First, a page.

The debate over the best diet to lose weight has been raging for nearly 200 years, ever since John Rollo first promoted a low carbohydrate diet for diabetics in the late 1700s. Over the proceeding two centuries, there have been literally hundreds of studies1 comparing the different types of diets that have been promoted for weight loss. Perhaps the biggest ongoing debate has been the low fat versus the low carb diet, and guess what? The evidence is still not very clear. In the last study published in JAMA, 48 randomized trials with over 7000 participants were reviewed and came to the conclusion that people could lose weight on a low fat OR a low carbohydrate diet. This very scientific analysis came to a very unscientific conclusion when the authors said the results support the proposition that any diet that a patient will adhere to would be good to lose weight.2
This is the time of year when many people begin thinking about their resolutions for the New Year. You may have a good idea of what your resolutions will be but for many people it may be a very difficult decision. In this article we will focus on the top five tips for making successful New Years resolutions.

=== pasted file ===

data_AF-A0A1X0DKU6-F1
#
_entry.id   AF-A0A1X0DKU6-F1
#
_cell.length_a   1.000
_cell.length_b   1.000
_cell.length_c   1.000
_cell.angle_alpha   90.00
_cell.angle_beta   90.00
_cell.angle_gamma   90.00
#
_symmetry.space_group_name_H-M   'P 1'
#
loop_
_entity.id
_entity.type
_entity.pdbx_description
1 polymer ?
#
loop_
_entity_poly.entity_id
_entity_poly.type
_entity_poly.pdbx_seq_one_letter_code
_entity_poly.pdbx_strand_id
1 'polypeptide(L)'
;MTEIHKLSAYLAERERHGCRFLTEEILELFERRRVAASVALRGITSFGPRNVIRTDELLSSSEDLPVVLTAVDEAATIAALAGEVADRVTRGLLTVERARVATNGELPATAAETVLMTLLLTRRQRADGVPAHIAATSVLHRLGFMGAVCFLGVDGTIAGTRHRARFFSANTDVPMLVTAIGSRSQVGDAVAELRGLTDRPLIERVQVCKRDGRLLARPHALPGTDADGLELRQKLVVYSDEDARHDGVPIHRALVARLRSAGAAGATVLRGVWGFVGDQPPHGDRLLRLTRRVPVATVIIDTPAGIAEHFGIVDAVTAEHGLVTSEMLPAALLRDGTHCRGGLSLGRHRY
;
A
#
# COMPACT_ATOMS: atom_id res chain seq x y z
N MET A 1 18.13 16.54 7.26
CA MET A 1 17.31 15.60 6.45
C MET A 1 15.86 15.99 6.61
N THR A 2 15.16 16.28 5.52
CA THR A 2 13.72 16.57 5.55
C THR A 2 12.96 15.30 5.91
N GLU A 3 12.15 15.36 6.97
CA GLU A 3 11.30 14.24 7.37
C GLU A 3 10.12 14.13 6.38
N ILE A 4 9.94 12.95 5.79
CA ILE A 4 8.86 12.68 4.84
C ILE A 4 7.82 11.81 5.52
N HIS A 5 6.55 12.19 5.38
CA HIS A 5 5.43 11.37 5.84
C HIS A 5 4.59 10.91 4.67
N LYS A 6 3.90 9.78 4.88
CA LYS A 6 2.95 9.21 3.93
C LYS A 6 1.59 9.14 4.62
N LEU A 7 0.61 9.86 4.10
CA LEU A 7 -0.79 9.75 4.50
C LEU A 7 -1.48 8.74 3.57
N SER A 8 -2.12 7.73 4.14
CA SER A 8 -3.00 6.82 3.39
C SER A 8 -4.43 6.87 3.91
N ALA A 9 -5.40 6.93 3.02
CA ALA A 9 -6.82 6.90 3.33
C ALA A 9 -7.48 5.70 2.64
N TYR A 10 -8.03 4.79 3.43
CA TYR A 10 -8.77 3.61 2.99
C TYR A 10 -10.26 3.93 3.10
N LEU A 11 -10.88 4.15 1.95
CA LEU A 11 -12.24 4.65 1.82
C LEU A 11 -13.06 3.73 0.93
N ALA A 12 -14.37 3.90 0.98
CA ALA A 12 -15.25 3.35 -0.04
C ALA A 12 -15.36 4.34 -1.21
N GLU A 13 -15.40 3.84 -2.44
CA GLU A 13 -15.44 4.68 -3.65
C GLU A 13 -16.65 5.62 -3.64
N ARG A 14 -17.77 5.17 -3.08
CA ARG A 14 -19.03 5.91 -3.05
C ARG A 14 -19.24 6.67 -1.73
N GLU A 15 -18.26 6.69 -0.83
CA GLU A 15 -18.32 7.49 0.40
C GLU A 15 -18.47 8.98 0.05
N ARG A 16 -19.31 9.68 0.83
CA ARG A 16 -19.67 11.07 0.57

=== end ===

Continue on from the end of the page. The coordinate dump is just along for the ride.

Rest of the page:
1. Be True to Yourself
The most important part of setting successful New Year’s resolutions is that they be true to your authentic self. The authentic self is the part of you that never really changes. It is the part of you that is inherently you, your constitution. Capitalize on your strengths by taping into your authentic self and use this to create the best resolutions for yourself.